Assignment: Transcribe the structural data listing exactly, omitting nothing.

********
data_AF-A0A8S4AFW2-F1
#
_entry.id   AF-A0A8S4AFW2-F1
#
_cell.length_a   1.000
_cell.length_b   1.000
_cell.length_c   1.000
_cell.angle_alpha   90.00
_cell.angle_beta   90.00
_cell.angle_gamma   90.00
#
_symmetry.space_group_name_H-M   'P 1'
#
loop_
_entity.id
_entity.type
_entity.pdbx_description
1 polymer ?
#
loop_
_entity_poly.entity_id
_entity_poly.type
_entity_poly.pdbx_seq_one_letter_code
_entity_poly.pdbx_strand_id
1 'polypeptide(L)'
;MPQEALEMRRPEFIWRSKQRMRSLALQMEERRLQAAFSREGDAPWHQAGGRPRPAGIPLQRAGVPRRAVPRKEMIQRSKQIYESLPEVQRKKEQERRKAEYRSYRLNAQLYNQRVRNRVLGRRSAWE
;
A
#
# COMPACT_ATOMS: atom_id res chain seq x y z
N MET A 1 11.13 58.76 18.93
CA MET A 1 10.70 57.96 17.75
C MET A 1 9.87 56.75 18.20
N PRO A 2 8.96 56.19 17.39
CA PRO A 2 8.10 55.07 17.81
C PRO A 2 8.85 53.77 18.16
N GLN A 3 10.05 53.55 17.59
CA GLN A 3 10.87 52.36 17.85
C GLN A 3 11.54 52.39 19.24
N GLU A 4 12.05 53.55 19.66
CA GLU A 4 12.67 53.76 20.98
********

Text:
data_AF-A0A8S4AFW2-F1
#
_entry.id   AF-A0A8S4AFW2-F1
#
_cell.length_a   1.000
_cell.length_b   1.000
_cell.length_c   1.000
_cell.angle_alpha   90.00
_cell.angle_beta   90.00
_cell.angle_gamma   90.00
#
_symmetry.space_group_name_H-M   'P 1'
#
loop_
_entity.id
_entity.type
_entity.pdbx_description
1 polymer ?
#
loop_
_entity_poly.entity_id
_entity_poly.type
_entity_poly.pdbx_seq_one_letter_code
_entity_poly.pdbx_strand_id
1 'polypeptide(L)'
;MPQEALEMRRPEFIWRSKQRMRSLALQMEERRLQAAFSREGDAPWHQAGGRPRPAGIPLQRAGVPRRAVPRKEMIQRSKQIYESLPEVQRKKEQERRKAEYRSYRLNAQLYNQRVRNRVLGRRSAWE
;
A
#
# COMPACT_ATOMS: atom_id res chain seq x y z
N MET A 1 11.13 58.76 18.93
CA MET A 1 10.70 57.96 17.75
C MET A 1 9.87 56.75 18.20
N PRO A 2 8.96 56.19 17.39
CA PRO A 2 8.10 55.07 17.81
C PRO A 2 8.85 53.77 18.16
N GLN A 3 10.05 53.55 17.59
CA GLN A 3 10.87 52.36 17.85
C GLN A 3 11.54 52.39 19.24
N GLU A 4 12.05 53.55 19.66
CA GLU A 4 12.67 53.76 20.98